Q & A: JoAnne Kasper, local business owner, on whether Obamacare worries still keep her up at night
JoAnn Kasper of Weare. Owner and Director of Little Buttercups Nursery School. "As a small business, the cost is obviously going to be high on my list of 'What would it cost me, what's it going to cost them' and everyone is going to have to have it." "I wanted to know what's going to be affordable for them. How is it going to benefit them and the cost-share, what will the company have to pay and what can I offer." (JOHN TULLY / Monitor staff)
On Aug. 7, JoAnne Kasper took the day off from working at Little Buttercups, her Weare preschool, to attend a forum for small-business owners to learn more about the Affordable Care Act. Kasper was both concerned and confused about what the law would mean for her and her 10 employees.
“It keeps you up nights,” she said after the seminar.
Last week, with just a few days to go until tomorrow’s opening of the state’s health insurance marketplace, the Monitor checked in to see how she feels now.
At the forum, you learned that only businesses with 50 or more employees are required to provide insurance. How has that made you feel?
Oh, I’m definitely feeling better. I’m small enough I don’t have to jump through a window right now. It took the idea of, how can I make this affordable for everybody, off the plate, so I’ve been able to change my focus. I can focus on my school, and I don’t have to have that as the foremost concern.”
Have you talked with other businesses in the same situation?
I did. I talked to other small day cares and their concern was the same, there’s no way to afford insurance for every one. We talked and got on the exchange, and it started to make sense to them, too, so it’s nice to know I wasn’t the only one rowing in that boat.
Will you look at the options available on the marketplace after it opens Oct. 1, even though, since you have fewer than 50 employees, you don’t have to provide insurance?
Yes, I’ll be looking. I have one staff member who is going to need this.
She has nobody who offers insurance.
She can’t stay on her parents’ (insurance) anymore, so what I’m going to do is go through the options available for her which are out there.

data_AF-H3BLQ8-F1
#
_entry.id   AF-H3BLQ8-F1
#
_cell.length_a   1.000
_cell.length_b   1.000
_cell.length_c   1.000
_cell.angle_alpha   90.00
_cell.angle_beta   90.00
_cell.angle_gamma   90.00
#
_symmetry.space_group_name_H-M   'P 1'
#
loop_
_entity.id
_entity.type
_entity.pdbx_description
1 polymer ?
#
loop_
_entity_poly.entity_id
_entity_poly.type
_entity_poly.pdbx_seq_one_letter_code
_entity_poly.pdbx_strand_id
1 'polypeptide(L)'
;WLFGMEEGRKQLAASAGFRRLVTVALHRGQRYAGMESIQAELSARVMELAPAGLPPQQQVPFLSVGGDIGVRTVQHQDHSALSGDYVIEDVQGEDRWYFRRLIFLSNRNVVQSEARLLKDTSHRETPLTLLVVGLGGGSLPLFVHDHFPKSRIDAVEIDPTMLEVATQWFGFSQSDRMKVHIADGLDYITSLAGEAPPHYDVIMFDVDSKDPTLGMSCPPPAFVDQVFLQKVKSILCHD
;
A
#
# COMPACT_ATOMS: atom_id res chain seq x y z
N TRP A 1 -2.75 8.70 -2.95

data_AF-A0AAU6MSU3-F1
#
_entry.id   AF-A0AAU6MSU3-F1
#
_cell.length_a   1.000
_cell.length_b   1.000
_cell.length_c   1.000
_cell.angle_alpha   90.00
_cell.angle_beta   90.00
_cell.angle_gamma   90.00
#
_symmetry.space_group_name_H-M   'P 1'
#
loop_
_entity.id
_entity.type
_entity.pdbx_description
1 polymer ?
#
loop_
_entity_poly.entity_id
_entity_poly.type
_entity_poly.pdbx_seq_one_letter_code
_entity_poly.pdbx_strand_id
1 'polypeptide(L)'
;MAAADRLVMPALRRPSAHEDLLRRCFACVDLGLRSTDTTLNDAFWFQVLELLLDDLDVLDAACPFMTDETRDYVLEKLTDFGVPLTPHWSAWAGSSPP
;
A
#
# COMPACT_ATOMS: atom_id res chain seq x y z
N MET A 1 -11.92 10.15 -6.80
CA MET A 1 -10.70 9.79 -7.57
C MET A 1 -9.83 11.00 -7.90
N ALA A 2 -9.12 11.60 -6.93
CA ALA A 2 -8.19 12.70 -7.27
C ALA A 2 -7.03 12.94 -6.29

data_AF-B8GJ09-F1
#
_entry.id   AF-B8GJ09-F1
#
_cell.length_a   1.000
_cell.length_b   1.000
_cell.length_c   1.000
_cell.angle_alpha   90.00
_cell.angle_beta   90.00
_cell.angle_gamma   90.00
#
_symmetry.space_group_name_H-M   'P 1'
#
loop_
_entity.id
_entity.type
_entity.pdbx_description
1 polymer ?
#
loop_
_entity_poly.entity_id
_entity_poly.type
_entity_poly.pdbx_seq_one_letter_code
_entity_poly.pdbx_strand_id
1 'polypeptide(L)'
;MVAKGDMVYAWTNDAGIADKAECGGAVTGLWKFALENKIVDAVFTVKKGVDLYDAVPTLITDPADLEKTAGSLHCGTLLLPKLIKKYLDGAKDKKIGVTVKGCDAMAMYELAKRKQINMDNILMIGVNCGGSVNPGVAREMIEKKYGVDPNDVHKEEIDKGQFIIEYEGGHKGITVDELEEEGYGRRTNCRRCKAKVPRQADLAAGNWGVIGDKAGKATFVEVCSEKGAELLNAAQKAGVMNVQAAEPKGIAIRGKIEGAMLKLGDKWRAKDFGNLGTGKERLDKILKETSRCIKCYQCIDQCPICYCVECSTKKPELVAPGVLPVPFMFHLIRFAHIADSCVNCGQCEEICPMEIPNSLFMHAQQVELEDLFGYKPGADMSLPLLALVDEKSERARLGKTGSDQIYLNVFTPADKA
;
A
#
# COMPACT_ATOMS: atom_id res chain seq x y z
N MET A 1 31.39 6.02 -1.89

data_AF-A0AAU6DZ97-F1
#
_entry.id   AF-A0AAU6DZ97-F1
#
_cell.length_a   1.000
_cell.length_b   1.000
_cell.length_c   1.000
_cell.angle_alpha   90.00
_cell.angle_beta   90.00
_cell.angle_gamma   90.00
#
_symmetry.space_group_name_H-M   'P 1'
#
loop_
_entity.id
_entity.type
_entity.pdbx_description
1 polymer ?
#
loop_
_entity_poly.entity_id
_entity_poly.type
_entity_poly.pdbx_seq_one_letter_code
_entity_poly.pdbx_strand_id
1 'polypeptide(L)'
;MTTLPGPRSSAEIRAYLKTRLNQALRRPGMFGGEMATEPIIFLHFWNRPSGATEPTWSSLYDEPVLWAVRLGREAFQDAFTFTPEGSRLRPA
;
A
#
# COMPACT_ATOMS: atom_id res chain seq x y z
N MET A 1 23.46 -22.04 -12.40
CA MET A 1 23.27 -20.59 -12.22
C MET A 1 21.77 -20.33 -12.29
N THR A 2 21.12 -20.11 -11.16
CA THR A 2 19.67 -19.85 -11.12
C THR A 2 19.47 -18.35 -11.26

Will you contribute toward her premium costs?
It depends which plan she chooses, but yes, that is something I’d like to be able to do as an additional benefit.
This young lady is in good health, and she just wants a physical. She’s single, no children, but this way, she’s not going to get in any trouble.
I feel like that’s taking the edge off of everybody.
What will you be doing between now and January, when the new plans could take effect?
I’ve been making her aware of where to get the information and asking how comfortable does she feel with it.
I will be talking it through with her. . . . I’ll do it right with her, that way if there’s a question I’m standing right there so she’s free to ask questions. Whether I know the answer or not, I know where to get the answer. It’s more educational for her.
I think that will be best, putting two heads together is better than just one.
What concerns do you still have?
At the forum, they talked about it being more competitive and more companies would be forthcoming.
Right now there’s just the one, and I’d like to see it be more competitive.
They said that was coming in the future years, so we’ll have to see.
(Sarah Palermo can be reached at 369-3322 or
email@example.com or on Twitter @SPalermoNews.)